|US8406897||19 Aug 2009||26 Mar 2013||Boston Scientific Neuromodulation Corporation||Systems and methods for disposing one or more layers of material between lead conductor segments of electrical stimulation systems|
|US8406898||26 Mar 2013||Cardiac Pacemakers, Inc.||Implantable lead with an electrostimulation capacitor|
|US8433410||20 Jun 2012||30 Apr 2013||Greetbatch Ltd.||Shielded three-terminal flat-through EMI/energy dissipating filter|
|US8463384||11 Jun 2013||Medtronic, Inc.||Isolated lead conductor measurements for fault detection|
|US8577457||7 Jul 2011||5 Nov 2013||Medtronics, Inc.||Isolating lead body for fault detection|
|US8751000||2 Oct 2013||10 Jun 2014||Medtronic, Inc.||Isolating lead body for fault detection|
|US8761895||8 Mar 2010||24 Jun 2014||Greatbatch Ltd.||RF activated AIMD telemetry transceiver|
|US8798751||9 Jun 2011||5 Aug 2014||Medtronic, Inc.||Method and apparatus to manage lead-related conditions for fault tolerance enhancements|
|US8805519||30 Sep 2010||12 Aug 2014||Nevro Corporation||Systems and methods for detecting intrathecal penetration|
|US8855765||9 Jun 2011||7 Oct 2014||Medtronic, Inc.||Fault tolerant methods and architectures for embedded intelligence in medical leads|
|US8868189||30 Apr 2013||21 Oct 2014||Greatbatch Ltd.||Internally grounded flat through filter with hermetically sealed insulative body with internal ground plates|
|US8914130||18 Sep 2008||16 Dec 2014||Cardiac Pacemakers, Inc.||Implantable lead with in-lead switching electronics|
|US8965482||30 Sep 2010||24 Feb 2015||Nevro Corporation||Systems and methods for positioning implanted devices in a patient|
|US9061134||23 Sep 2010||23 Jun 2015||Ripple Llc||Systems and methods for flexible electrodes|
|US9093974||29 Aug 2013||28 Jul 2015||Avx Corporation||Electromagnetic interference filter for implanted electronics|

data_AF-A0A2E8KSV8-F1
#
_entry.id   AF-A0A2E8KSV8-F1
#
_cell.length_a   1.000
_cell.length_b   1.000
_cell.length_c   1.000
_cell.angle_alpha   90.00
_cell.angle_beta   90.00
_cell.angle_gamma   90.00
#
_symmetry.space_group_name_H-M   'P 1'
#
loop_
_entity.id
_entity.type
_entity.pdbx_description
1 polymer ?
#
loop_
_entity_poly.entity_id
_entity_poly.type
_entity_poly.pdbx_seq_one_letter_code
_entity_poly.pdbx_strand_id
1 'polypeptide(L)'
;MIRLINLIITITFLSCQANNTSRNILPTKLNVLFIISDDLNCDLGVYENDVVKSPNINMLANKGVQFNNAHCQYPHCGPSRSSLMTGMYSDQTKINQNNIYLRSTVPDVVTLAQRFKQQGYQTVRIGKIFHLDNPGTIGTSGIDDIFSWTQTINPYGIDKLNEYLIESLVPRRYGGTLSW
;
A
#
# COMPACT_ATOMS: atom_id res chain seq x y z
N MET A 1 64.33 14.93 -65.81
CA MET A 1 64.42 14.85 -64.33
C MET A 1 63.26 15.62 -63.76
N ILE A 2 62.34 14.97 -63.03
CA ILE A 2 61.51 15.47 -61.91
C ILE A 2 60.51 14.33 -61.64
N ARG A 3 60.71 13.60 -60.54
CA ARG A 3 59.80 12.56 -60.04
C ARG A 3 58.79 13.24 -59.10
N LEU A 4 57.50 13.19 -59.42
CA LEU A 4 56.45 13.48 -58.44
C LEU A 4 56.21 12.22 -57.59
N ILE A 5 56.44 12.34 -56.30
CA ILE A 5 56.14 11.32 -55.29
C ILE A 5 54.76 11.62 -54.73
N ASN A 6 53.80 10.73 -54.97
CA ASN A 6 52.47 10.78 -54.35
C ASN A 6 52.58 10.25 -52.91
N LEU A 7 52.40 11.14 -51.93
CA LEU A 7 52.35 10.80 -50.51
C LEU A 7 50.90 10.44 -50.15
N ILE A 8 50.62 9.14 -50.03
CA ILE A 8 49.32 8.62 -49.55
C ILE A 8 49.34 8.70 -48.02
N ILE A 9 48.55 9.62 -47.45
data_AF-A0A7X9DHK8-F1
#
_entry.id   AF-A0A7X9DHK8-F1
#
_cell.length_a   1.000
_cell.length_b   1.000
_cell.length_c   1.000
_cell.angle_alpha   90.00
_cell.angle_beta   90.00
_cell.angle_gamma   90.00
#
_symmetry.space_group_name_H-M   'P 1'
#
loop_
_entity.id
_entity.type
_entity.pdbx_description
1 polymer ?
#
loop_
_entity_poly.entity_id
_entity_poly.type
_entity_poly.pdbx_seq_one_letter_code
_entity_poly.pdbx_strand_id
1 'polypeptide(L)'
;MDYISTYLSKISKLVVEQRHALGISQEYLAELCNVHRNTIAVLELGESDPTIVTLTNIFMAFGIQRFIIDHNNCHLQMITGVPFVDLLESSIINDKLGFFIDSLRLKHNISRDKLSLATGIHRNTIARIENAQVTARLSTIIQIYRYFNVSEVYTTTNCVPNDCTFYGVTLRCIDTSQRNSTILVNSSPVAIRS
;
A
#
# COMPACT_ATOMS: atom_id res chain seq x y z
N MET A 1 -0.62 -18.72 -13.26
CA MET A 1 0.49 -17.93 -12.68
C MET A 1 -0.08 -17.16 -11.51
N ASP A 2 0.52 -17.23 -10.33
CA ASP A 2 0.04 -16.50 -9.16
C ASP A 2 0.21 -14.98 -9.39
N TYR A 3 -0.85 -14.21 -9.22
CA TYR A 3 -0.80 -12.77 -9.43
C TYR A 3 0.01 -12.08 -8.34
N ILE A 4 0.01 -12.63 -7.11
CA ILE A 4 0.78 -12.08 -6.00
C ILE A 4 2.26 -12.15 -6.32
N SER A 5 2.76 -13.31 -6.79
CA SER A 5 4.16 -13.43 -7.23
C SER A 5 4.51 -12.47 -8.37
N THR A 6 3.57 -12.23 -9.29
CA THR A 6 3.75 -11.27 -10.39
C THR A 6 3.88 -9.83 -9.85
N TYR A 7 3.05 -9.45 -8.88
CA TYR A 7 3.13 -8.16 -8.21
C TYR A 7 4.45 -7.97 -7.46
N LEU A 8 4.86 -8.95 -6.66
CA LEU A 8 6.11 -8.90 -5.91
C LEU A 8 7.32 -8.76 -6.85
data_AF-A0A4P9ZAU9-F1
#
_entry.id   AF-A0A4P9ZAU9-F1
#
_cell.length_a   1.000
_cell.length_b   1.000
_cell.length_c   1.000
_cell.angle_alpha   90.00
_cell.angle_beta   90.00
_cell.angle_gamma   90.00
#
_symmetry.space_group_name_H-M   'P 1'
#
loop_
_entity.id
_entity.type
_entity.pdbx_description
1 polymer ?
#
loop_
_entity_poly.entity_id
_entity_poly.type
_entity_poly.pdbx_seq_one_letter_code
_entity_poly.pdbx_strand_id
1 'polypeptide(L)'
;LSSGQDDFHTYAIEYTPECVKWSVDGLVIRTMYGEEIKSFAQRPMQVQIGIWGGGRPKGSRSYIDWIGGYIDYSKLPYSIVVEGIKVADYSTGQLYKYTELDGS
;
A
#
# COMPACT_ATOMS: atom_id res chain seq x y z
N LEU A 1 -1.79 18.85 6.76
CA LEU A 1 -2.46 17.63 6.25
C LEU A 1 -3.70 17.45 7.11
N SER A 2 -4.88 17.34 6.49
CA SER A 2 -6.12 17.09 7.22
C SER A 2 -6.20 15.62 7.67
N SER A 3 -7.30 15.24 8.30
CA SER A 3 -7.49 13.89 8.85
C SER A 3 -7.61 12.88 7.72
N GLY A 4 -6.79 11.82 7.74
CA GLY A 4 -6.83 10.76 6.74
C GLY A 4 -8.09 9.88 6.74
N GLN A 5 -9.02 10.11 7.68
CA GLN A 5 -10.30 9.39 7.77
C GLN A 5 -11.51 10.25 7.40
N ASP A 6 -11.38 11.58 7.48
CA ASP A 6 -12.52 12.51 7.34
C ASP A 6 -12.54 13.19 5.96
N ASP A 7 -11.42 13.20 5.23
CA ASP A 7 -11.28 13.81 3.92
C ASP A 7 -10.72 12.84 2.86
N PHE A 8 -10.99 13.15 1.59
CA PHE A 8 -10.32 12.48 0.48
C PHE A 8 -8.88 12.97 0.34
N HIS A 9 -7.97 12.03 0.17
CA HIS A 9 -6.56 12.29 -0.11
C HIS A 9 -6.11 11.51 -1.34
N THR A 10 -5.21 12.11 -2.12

|US9101782||4 Aug 2013||11 Aug 2015||Greatbatch Ltd.||Implantable cardioverter defibrillator designed for use in a magnetic resonance imaging environment|
|US9232898||18 Oct 2012||12 Jan 2016||Medtronic, Inc.||Method and apparatus to manage lead-related conditions for fault tolerance enhancements|
|US9345891||15 Jan 2015||24 May 2016||Nevro Corporation||Systems and methods for positioning implanted devices in a patient|
|US9358388||8 Jul 2014||7 Jun 2016||Nevro Corporation||Systems and methods for detecting intrathecal penetration|
|US20080114407 *||22 Dec 2006||15 May 2008||Cardiac Pacemakers, Inc.||Reduction of av delay for treatment of cardiac disease|
|US20080114408 *||13 Nov 2006||15 May 2008||Shuros Allan C||Method and device for simulated exercise|
|US20090088812 *||18 Sep 2008||2 Apr 2009||Wulfman David R||Implantable lead with electronics|
|US20090243756 *||19 Mar 2009||1 Oct 2009||Greatbatch Ltd.||Shielded three-terminal flat-through emi/energy dissipating filter|
|US20100185263 *||8 Mar 2010||22 Jul 2010||Greatbatch Ltd.||Rf activated aimd telemetry transceiver|
|US20100241208 *||21 Jan 2010||23 Sep 2010||Leonard Pinchuk||Pacemaker Lead and Method of Making Same|
|US20100274115 *||28 Oct 2010||Medtronic, Inc.||Lead extension with physiological data recorder|
|US20110004283 *||27 Sep 2010||6 Jan 2011||Greatbatch Ltd.||Shielded three-terminal flat-through emi/energy dissipating filter|
|US20110196464 *||21 Apr 2010||11 Aug 2011||Leonard Pinchuk||Pacemaker Lead and Method of Making Same|
|US20110237921 *||29 Sep 2011||Ripple Llc||Systems and methods for flexible electrodes|
|WO2011136826A1||20 Sep 2010||3 Nov 2011||Medtronic, Inc.||Active circuit mri/emi protection powered by interfering energy for a medical stimulation lead and device|
|WO2012170324A1||4 Jun 2012||13 Dec 2012||Medtronic, Inc.||Fault tolerant methods and architectures for embedded intelligence in medical leads|
|U.S. Classification||607/116, 607/119, 607/122, 607/3, 607/120|
|International Classification||A61N1/05, A61N1/375|
|Cooperative Classification||A61N1/05, A61N1/375|
|European Classification||A61N1/375, A61N1/05|
|1 Jun 2004||AS||Assignment|
Owner name: MEDTRONIC, INC., MINNESOTA
Free format text: ASSIGNMENT OF ASSIGNORS INTEREST;ASSIGNORS:CHRISTOPHERSON, MARK A.;JELEN, JEFF;REEL/FRAME:014680/0566;SIGNING DATES FROM 20031014 TO 20031021
|22 Nov 2010||FPAY||Fee payment|
Year of fee payment: 4
|26 Dec 2014||FPAY||Fee payment|
Year of fee payment: 8